It was flatly rejected on the grounds that it’s “too pro-Israel” and “too massively partisan.” The editor judged it unsuitable, saying it raises “the specter of chauvinism” (in its original sense of ultra-nationalism, before it was hijacked by gender polemics).

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Bibi’s Predicament


Noah Pollak
Contentions/Commentary
27 March '10

(While I'm sure I'll be posting additional thoughts on this, there is quite a consensus that this is not a passing phenomenon but something both dangerous and with malice. We're going to need to reach inside and find some real strengths we haven't had to use lately, a lot of effort, a lot of tefilot. Y.)

It should be clear by now that President Obama intends to pursue the “peace process” in the same way that he pursued health care — by ramming it down his opponent’s throat, in this case, Israel’s.

According to news reports, Obama has presented Bibi with a long list of demands, acquiescence to which would “resolve” the immediate Obama-created crisis and “allow” a move toward proximity talks (never mind that Israel has always been willing to hold direct talks). Obama thus places Bibi on the horns of an impossible dilemma: Both accepting and rejecting the demands carries immense costs.

Accepting the demands would be humiliating to Bibi. He would have to roll over and — in front of a global audience – expose his stomach to Obama like a defeated dog. This would surely please our thuggish president, but it would carry severe costs for Netanyahu: 1) He would be vilified in Israel and his domestic position imperiled. 2) Even if he wanted to roll, his government may not allow it; one or several of his coalition partners may abandon him. At a moment of critical national-security threats, the government might descend into crisis. Bibi knows that to allow this to happen in the decisive phase of the Iranian nuclear standoff would be supremely dangerous. And 3) Obama’s vindictive and outlandish behavior raises legitimate Israeli suspicions that the “proximity talks” would actually be a trap — and therefore Israel should reject the immediate demands as a way of forestalling the next round of bullying. Let us recall that just four months ago, the administration hailed the settlement freeze as an unprecedented concession; today Obama pretends that he never made the agreement.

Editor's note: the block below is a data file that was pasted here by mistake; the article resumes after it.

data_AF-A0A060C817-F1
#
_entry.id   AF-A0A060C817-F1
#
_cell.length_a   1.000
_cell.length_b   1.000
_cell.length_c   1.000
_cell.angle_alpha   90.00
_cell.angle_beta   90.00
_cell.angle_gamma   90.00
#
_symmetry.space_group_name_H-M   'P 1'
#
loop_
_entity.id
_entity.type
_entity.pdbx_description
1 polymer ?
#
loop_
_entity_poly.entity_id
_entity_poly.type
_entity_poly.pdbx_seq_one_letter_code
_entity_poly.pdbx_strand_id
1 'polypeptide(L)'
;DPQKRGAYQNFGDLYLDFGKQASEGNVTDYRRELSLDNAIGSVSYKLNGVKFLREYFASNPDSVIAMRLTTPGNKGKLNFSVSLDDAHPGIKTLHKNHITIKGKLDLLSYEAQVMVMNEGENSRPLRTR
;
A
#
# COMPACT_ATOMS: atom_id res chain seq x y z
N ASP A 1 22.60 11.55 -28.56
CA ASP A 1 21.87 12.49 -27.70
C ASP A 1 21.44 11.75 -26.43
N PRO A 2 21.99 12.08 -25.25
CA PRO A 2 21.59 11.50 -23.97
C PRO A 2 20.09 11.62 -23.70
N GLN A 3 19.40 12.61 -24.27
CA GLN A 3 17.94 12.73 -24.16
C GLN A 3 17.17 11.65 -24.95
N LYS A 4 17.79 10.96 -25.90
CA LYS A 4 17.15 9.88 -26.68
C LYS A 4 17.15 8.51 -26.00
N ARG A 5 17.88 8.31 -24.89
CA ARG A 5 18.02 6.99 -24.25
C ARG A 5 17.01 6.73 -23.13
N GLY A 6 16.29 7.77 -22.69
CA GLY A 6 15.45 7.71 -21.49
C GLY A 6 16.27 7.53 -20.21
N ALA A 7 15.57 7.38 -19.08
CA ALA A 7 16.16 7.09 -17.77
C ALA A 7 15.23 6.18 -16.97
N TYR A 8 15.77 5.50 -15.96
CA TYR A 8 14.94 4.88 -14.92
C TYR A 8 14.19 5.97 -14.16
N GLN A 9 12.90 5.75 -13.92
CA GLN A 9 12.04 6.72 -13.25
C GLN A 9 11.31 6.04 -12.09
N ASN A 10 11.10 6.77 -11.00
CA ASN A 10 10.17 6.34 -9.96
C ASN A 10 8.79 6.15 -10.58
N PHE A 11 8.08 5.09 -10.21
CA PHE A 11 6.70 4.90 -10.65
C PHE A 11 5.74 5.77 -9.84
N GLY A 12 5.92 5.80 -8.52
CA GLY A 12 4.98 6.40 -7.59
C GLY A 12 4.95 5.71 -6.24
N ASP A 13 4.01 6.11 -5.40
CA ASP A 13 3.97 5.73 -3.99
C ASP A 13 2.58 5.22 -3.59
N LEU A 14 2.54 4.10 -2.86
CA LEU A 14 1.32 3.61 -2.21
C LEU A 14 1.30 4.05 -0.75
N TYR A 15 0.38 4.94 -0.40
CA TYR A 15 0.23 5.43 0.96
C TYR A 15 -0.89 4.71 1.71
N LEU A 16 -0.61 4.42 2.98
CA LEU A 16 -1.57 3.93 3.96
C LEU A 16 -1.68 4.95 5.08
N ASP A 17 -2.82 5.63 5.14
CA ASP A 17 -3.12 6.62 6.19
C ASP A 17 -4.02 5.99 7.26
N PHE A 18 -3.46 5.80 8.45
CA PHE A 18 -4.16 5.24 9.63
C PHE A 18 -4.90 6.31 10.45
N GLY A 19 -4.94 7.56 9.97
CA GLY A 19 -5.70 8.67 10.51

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Saturday, March 27, 2010

Has the Obama Administration, against U.S. interests, declared diplomatic war on Israel?


Barry Rubin
The Rubin Report
27 March '10

Has the Obama Administration, against U.S. interests, declared diplomatic war on Israel?

Up to now my view has been that the U.S. government didn’t want a crisis but merely sought to get indirect negotiations going between Israel and Palestinians in order to look good.

Even assuming this limited goal, the technique was to keep getting concessions from Israel without asking the PA to do or give anything has been foolish, but at least it was a generally rational strategy.

But now it has become reasonable to ask whether the Obama White House is running amuck on Israel, whether it is pushing friction so far out of proportion that it is starting to seem a vendetta based on hostility and ideology. And if that's true, there is little Prime Minister Benjamin Netanyahu or any Israeli leader can do to fix the problem.

A partial explanation of such behavior can be called, to borrow a phrase from the health law debate, a "single-payer option" as its Middle East strategy. That is, the administration seems to envision Israel paying for everything: supposedly to get the Palestinian Authority (PA) to talks, do away with any Islamist desire to carry out terrorism or revolution, keep Iraq quiet, make Afghanistan stable, and solve just about any other global problem.

What makes this U.S. tactic even more absurd is doing so at the very moment when it is coddling Syria and losing the battle for anything but the most minimal sanctions on Iran.

During his visit to Washington, Prime Minister Benjamin Netanyahu tried to defuse the tension. His partners in government, we should never forget, are Defense Minister Ehud Barak, leader of the Labour Party, and President Shimon Peres, who has done more to promote Middle East peace than any other living Israeli leader.

But according to reliable sources, Obama went out of his way to be personally hostile, treating Netanyahu like some colonial minion who could be ordered around.

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Israel's Unwavering Guardsmen


Caroline Glick
Carolineglick.com
26 March '10

As the local and international press corps converged on Jerusalem's Old City to cover the Arab riots at the Temple Mount two weeks ago, little mention was made of the fact that Jerusalem was not the only flashpoint. In Tel Aviv-Jaffa, Israeli Arab rioters supported by far-left protesters stoned buses. Israeli Arabs firebombed motorists on Highway 443 and on the roads to Beersheba. In the North, cars were stoned.